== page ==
SLUG: 2-303545 Europe/Afghan-Drugs (L)
BYLINE= LISA BRYANT
INTRO: Foreign ministers and drug experts from Europe and Central Asia closed a two-day meeting in Paris vowing to strengthen cooperation in stanching the production and trade of heroine and opium from Afghanistan. Lisa Bryant has more on the conference from the French capital.
TEXT: Nobody at the Paris conference suggested ending poppy production in Afghanistan -- or the deadly trade in heroine and opium in Europe -- will be an easy task.
Afghan Foreign Minister Abdullah Abdullah said the government's fledgling eradication efforts had suffered setbacks. In some parts of Afghanistan, he said, farmers have yet to find a lucrative alternative. There was also not enough international assistance, he said, to combat the problem.
Experts said drug traffickers quickly adapt to government efforts to crack down on the drug trade, and had developed new trading routes. And the United Nations' top AIDS official said that shooting up drugs like heroine was among the key reasons for the rapid expansion of the AIDS virus.
Nonetheless, some 60 participating countries and international organizations vowed to step up their national capacities, and to work together in cutting off the flow of heroine and opium from Afghanistan, through Central Asia and to their main clients -- addicts in Western Europe.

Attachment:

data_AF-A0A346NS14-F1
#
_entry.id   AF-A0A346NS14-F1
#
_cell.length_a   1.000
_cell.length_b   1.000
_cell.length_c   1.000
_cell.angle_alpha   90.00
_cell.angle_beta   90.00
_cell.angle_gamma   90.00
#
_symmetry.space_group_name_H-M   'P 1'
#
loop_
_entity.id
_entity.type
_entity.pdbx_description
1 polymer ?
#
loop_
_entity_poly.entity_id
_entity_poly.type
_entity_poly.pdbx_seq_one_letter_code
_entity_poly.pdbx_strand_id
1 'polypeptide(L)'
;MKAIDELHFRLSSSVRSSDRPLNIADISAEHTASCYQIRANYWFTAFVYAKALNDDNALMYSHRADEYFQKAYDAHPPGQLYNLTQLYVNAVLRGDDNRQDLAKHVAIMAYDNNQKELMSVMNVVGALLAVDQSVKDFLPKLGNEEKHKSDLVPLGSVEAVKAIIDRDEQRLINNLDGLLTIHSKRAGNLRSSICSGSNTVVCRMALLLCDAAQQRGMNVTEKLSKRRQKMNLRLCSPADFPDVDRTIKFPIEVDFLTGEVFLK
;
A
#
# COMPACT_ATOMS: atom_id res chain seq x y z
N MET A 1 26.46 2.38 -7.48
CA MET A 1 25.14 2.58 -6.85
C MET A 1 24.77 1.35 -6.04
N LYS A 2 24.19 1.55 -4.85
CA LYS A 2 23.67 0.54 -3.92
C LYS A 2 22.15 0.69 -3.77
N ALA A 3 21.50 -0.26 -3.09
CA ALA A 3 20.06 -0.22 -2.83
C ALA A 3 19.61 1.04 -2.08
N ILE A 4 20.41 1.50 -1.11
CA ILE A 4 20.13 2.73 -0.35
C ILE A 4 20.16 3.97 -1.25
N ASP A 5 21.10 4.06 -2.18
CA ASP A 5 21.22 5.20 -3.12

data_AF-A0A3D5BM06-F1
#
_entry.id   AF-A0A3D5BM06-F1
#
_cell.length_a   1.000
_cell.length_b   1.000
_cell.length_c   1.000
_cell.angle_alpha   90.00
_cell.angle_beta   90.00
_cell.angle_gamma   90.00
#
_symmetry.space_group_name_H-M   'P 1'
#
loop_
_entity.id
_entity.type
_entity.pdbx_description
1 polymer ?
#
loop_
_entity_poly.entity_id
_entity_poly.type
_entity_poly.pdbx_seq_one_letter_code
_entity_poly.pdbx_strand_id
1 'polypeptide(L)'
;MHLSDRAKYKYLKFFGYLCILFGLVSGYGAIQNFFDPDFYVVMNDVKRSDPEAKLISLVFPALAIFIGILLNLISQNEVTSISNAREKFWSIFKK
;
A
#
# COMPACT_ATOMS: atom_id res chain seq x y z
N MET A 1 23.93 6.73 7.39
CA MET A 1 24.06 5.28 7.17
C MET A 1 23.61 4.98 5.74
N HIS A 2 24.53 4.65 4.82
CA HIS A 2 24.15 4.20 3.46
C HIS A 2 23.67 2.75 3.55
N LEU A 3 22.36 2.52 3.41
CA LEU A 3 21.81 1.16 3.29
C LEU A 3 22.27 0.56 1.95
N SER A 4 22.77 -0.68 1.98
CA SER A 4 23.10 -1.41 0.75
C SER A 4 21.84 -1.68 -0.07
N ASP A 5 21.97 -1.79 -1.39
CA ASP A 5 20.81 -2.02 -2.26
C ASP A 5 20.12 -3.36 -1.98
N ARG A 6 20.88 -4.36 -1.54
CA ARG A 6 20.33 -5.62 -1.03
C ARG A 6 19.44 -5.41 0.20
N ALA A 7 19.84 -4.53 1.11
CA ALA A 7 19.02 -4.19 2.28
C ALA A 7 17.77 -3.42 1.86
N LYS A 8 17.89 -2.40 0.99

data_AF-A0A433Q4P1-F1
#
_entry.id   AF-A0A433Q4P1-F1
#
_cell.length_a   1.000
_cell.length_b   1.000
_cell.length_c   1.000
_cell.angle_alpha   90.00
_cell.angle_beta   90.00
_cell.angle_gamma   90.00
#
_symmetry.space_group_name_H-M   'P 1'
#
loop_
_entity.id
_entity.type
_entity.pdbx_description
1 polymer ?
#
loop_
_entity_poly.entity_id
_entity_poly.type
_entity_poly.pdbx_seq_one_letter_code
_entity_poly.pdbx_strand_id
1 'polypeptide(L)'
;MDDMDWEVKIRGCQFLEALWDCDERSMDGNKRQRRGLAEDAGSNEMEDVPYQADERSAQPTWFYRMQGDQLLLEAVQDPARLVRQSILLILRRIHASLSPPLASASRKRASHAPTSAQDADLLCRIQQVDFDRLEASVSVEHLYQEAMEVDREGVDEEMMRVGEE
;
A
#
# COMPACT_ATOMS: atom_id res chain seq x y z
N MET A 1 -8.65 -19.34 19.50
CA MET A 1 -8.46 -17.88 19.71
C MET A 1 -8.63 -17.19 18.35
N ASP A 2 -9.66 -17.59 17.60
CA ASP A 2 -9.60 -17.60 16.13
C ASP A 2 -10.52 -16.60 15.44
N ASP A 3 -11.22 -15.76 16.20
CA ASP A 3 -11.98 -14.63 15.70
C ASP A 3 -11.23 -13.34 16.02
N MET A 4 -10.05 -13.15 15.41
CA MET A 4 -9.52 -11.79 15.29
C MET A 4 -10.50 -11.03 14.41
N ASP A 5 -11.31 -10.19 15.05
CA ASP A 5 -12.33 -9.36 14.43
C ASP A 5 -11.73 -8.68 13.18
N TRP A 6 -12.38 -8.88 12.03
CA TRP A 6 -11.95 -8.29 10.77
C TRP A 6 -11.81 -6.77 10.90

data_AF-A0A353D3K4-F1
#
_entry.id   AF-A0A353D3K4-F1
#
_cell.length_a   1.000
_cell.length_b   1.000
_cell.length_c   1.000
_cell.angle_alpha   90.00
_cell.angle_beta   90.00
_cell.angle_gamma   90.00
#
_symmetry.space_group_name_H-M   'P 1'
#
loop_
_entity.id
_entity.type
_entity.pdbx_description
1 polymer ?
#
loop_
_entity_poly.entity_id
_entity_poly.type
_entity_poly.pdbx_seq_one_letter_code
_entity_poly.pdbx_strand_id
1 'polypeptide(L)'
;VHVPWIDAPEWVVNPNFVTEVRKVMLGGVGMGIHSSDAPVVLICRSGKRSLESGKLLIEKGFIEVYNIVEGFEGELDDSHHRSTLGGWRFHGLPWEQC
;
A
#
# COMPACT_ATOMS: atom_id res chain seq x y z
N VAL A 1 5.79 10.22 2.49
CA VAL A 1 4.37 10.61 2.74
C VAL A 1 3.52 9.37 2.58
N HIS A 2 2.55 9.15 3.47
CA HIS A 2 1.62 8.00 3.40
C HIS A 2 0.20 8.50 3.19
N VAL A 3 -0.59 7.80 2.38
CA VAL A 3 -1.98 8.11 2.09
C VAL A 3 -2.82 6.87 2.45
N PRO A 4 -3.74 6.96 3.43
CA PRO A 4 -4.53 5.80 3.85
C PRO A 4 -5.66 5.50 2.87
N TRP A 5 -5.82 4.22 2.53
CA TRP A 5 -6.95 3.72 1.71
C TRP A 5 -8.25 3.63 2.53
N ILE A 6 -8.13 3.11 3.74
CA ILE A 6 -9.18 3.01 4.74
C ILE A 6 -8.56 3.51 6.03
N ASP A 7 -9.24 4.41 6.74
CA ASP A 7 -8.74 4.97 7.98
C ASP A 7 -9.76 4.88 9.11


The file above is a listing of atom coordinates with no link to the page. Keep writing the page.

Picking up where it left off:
Speaking to reporters late Thursday, French Foreign Minister Dominique de Villepin said the stakes were immense.
//DE VILLEPIN ACT, IN FRENCH, FADE UNDER//
Mr. de Villepin said the participants had established a blueprint for action, from mapping out drug routes used by trafficker, to establishing new measures to fight against narcotics trafficking and production.
The United Nations estimates opium production in Afghanistan at 3,400-tons during 2002 and 2003 -- a stunning rise from 2001. Afghanistan's dirt-poor farmers are the world's top producers of opium, but the drug primarily enriches traders and sellers, who operate along Central Asia's old silk trading routes.
Poppy production accounts for 20 percent of Afghanistan's total income. Earlier in the day, French President Jacques Chirac called for international solidarity -- not only in helping Afghanistan fight its poppy battle, but also in helping fight domestic consumption of illegal drugs and the resulting spread of AIDS among Western European
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